I downloaded Princeton's course. At first I was quite surprised at the first lesson. "How rigorous! And it presumes previous knowledge" I thought, before realizing that I was reading the first lesson of the SECOND year. It's settled, that is unzipped keeping original folders, now.

I realized that while Google Translate lets you actively interact already before the first lesson, it is too easy to cheat with it, and more traditional methods (pen, paper and dictionary) should be used as much as possible.
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Siberiano
Tetraglot
Senior Member
Russian Federation
one-giant-leap.Registered users can see my Skype Name
Joined 4891 days ago

465 posts - 696 votes 
Speaks: Russian*, English, ItalianC1, Spanish
Studies: Portuguese, Serbian

 
 Message 4 of 14
09 March 2008 at 5:19am | IP Logged 
I suggest using the normal Russian keyboard. It won't take long to get used to it, just practice. Once upon a time (at the age of 12-14) I knew Russian layout, but didn't know the English one, and I had no internet/forums/social networks. :)

On topic, buona fortuna col russo! Infatti sei fortunato essere l'italiano (o solo madrelingua?) perché imparare il russo é più facile proprio per gli Italiani fra tutti gli altri europei non slavi.

      off topic: I'll tell another story. Getting used to a different layout isn't that hard. I had to do a more trickier thing once in my life. I used windows-1251 codepage to write and read koi-8 codepage. For example,

      Добро пожаловать на мою домашнюю страницу! Здесь можно найти мои сочинения и переводы с итальянского и английского.

      would look like this:
      дНАПН ОНФЮКНБЮРЭ МЮ ЛНЧ ДНЛЮЬМЧЧ ЯРПЮМХЖС! гДЕЯЭ ЛНФМН МЮИРХ ЛНХ ЯНВХМЕМХЪ Х ОЕПЕБНДШ Я ХРЮКЭЪМЯЙНЦН Х ЮМЦКХИЯЙНЦН.

      In 1999 I could comprehend this text and even write it! The hosting provider hosted pages in koi-8 encoding (the latter). Using a decoder was too complicated and I couldn't make fast corrections. So I learned to read a write, writing the third layout with a pencil on my kbd. Gradually the pencil writings wore out, but I didn't write them again, because I already remembered where it was written.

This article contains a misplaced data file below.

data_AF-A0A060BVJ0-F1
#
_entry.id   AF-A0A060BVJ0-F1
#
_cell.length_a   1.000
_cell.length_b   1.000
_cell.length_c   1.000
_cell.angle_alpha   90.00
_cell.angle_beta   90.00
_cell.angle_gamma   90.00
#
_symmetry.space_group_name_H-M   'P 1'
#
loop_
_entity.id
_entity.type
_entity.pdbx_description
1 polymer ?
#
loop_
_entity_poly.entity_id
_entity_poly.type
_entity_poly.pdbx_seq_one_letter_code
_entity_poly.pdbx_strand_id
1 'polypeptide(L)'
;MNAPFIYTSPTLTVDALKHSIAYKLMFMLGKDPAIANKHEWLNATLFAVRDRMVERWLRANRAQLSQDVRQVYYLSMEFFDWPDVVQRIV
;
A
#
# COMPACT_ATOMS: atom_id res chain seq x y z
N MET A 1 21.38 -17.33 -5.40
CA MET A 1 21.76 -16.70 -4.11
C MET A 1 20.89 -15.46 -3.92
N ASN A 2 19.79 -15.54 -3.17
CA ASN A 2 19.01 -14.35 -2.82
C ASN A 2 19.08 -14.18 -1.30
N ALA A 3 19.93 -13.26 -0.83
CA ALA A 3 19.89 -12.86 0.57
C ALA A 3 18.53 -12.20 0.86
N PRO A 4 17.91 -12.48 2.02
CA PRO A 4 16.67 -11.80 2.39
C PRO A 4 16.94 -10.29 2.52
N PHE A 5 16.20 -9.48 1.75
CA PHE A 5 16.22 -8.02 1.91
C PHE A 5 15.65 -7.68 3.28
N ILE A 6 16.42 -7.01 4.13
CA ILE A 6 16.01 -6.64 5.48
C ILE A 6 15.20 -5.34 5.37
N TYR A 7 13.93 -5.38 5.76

Soon the hosting provider configured their server normally, and I abandoned this practice. :)

Edited by Siberiano on 09 March 2008 at 5:26am

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Leopejo
Bilingual Triglot
Senior Member
Italy
Joined 4507 days ago

675 posts - 724 votes 
Speaks: Italian*, Finnish*, English
Studies: French, Russian

 
 Message 5 of 14
09 March 2008 at 6:05am | IP Logged 
Siberiano wrote:
I suggest using the normal Russian keyboard. It won't take long to get used to it, just practice. Once upon a time (at the age of 12-14) I knew Russian layout, but didn't know the English one, and I had no internet/forums/social networks. :)

I could try - but has it any benefits, as of now? Shouldn't I be able to just as "easily" learn the normal Russian keyboard if and when I'll be in Russia?

Quote:

On topic, buona fortuna col russo! Infatti sei fortunato essere l'italiano (o solo madrelingua?) perché imparare il russo é più facile proprio per gli Italiani fra tutti gli altri europei non slavi.

Sì, diciamo che mi considero 55 - 60 % Italiano, 40 - 45 % finlandese, ed al momento vivo in Italia. Just curious, why is it easier for Italians to learn Russian than for the other non-slavic Europeans?

Quote:
      off topic:

Interesting story and kudos to your efforts. Did you feel disappointed when your provider made life easier?
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Siberiano
Tetraglot
Senior Member
Russian Federation
one-giant-leap.Registered users can see my Skype Name